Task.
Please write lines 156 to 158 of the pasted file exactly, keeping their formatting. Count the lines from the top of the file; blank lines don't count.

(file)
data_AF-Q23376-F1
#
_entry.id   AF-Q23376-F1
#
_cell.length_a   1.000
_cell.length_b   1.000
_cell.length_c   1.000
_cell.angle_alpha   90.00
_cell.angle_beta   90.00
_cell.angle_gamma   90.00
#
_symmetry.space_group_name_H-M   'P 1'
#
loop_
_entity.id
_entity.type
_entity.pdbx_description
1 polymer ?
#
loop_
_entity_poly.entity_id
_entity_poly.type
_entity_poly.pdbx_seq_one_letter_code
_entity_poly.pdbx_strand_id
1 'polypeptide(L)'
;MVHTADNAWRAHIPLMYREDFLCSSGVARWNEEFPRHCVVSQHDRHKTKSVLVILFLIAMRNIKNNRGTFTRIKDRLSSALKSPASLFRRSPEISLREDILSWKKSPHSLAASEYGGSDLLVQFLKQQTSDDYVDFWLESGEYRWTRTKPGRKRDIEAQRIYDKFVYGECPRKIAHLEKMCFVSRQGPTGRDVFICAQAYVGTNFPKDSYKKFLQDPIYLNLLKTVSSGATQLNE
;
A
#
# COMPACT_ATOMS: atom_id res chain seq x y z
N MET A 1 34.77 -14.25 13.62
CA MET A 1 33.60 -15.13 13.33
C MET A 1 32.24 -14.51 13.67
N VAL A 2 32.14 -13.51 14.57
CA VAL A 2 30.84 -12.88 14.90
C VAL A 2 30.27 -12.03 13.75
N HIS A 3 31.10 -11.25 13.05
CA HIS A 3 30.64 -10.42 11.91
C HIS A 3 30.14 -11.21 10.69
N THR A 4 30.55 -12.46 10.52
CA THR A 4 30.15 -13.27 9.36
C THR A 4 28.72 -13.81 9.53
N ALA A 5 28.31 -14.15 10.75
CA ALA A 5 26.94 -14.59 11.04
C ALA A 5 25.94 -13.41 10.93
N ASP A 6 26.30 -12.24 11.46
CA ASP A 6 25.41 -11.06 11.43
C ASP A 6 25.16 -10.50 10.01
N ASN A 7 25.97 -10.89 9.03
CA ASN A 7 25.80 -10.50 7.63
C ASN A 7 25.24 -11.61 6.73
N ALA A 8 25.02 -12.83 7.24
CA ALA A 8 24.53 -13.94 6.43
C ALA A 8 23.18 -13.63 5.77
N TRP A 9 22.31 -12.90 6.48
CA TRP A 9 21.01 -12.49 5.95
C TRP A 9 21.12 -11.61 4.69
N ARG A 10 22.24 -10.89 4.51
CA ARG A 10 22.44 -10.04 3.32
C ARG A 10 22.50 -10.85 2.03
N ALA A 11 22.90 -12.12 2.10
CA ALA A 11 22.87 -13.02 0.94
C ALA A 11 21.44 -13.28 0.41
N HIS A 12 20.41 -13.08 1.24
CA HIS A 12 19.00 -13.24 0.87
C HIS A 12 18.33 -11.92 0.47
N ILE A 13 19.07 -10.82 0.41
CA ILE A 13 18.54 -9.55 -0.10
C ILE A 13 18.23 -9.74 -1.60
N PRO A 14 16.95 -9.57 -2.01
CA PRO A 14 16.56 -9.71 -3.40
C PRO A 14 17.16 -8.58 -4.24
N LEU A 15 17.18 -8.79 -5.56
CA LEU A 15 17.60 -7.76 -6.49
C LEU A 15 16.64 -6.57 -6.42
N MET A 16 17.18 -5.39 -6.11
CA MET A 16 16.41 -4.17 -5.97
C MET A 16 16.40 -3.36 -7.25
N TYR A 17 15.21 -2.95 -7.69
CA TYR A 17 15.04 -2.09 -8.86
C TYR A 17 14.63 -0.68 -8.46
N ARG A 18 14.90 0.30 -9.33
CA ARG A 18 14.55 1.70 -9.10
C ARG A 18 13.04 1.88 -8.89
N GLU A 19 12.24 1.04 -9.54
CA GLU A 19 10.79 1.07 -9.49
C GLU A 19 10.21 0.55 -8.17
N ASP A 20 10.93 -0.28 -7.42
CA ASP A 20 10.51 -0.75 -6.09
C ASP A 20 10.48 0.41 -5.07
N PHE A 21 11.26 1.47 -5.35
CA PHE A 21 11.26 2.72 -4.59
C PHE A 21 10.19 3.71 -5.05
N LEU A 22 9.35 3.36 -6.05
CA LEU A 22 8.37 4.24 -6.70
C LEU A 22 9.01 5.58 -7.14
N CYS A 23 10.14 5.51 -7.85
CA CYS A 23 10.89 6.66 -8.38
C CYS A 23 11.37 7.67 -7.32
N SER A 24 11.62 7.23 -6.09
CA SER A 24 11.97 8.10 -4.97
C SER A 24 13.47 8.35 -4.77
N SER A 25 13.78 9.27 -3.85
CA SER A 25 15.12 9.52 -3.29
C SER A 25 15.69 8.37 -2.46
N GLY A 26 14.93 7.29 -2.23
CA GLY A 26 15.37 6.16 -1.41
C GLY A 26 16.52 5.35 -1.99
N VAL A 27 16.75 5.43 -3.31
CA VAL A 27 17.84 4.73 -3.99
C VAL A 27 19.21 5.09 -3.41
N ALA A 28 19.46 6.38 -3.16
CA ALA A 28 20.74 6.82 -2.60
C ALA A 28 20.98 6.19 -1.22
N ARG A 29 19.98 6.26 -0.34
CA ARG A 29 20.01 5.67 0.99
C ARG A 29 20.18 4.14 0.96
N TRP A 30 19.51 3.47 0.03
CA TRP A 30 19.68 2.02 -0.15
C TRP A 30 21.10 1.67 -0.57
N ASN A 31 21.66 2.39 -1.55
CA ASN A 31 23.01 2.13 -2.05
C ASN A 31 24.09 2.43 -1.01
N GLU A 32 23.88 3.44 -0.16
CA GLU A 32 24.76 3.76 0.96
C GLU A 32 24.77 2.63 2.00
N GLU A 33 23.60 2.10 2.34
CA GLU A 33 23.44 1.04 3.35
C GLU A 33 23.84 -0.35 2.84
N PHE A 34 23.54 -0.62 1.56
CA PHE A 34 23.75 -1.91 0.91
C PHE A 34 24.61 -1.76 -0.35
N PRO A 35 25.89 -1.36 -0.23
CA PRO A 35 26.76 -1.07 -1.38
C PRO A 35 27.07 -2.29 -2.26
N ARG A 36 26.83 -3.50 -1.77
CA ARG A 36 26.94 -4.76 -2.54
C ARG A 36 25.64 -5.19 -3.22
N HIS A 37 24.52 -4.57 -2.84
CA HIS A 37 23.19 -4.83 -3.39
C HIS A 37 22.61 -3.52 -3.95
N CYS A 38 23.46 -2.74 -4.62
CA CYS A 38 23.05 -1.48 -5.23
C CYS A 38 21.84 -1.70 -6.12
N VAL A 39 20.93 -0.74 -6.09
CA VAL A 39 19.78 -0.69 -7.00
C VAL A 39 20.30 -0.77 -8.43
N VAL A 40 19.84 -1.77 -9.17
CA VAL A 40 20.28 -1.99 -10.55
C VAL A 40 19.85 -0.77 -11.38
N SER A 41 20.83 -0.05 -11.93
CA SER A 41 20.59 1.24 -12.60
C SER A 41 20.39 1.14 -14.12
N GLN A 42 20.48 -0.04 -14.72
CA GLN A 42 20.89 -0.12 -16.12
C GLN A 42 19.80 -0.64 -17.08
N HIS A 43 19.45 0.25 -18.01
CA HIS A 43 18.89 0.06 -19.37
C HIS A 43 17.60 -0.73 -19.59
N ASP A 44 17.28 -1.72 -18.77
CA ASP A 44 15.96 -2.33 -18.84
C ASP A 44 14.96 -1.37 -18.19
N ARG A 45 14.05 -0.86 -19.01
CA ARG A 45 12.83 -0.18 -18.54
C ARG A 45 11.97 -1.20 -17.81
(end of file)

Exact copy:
C GLN A 42 19.80 -0.64 -17.08
N HIS A 43 19.45 0.25 -18.01
CA HIS A 43 18.89 0.06 -19.37